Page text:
“We need this round big,” another cornerman said before the start of Round 3.

This is where the fight gets funky as Gordon landed a body shot and then immediately went to hold Pimblett against the cage, leading to a stalemate for most of the round. Gordon simply held a body lock while Pimblett focused on maintaining his base. There wasn’t a lot to score here outside of Pimblett landing some high knees and Gordon throwing short punches in close. It’s actually Pimblett who turned the tables after Gordon scored a successful takedown, as he quickly shook Gordon off his back and then took Gordon’s back. Still, with only 30 seconds left to work, Pimblett couldn’t do much with the position other than hop up and hang off of Gordon.

What did the judges say?

All three judges, Doug Crosby, Chris Lee, and Ron McCarthy scored the fight 29-28 Pimblett, though Lee’s card differed from the other two.

While Crosby and McCarthy agreed that the first two rounds belonged to Pimblett, Lee scored Round 1 for Gordon and the final two rounds for Pimblett.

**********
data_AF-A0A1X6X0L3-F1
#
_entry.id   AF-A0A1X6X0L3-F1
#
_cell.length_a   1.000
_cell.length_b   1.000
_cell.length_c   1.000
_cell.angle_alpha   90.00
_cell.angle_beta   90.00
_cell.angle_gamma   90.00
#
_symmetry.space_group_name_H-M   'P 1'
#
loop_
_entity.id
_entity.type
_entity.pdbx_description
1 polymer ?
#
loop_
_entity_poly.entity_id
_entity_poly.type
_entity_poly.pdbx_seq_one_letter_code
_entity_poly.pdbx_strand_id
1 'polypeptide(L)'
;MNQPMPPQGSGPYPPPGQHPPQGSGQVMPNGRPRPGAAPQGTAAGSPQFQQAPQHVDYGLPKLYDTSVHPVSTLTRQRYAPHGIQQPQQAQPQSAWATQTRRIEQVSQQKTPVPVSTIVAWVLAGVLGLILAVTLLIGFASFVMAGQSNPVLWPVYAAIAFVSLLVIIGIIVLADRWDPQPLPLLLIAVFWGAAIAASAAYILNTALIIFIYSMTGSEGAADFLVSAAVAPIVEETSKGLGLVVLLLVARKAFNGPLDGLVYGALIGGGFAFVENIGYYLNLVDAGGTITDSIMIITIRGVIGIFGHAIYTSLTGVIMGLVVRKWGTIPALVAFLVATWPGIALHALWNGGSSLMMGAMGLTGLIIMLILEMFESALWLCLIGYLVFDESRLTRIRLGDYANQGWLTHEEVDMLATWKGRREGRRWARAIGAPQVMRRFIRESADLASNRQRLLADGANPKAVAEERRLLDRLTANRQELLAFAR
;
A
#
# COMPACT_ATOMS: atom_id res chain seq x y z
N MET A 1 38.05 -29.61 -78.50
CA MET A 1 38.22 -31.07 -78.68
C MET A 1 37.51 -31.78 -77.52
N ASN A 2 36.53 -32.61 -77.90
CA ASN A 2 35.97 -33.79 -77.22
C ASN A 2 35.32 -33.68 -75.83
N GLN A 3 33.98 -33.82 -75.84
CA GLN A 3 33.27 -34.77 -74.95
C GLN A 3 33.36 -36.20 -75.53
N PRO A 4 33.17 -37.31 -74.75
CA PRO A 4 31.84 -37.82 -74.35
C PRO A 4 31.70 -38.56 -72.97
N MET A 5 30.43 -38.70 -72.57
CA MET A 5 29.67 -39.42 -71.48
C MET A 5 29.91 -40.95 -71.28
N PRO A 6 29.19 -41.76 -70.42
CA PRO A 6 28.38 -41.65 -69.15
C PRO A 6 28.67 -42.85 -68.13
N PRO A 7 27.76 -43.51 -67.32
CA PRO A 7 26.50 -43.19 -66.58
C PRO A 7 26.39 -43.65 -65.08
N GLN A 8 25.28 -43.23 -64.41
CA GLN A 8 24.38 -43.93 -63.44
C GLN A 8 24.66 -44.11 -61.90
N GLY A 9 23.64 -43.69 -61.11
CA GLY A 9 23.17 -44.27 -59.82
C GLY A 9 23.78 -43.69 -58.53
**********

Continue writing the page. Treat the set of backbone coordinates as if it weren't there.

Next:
What did the numbers say?

(Statistics per UFC Stats)

In totality or round-by-round, the official stats paint the picture of a close fight, which goes against both Pimblett’s assertion that he clearly won and the notion that the fight was a blatant robbery.

Pimblett has the slight edge in significant strikes at 63-58, with Gordon taking Round 1 (30-29), and Pimblett taking Round 2 (28-24) and Round 3 (6-4). As you can see, there wasn’t much to score in Round 3 striking-wise, though Gordon had 3:53 of control time that led to little notable offense.

Gordon managed three successful takedowns in the fight, one in Round 2 and two in Round 3. Inexplicably, he was not credited with a single successful ground strike in the fight despite appearing to land at least two punches at the end of Round 1 as he scrambled into Pimblett’s guard.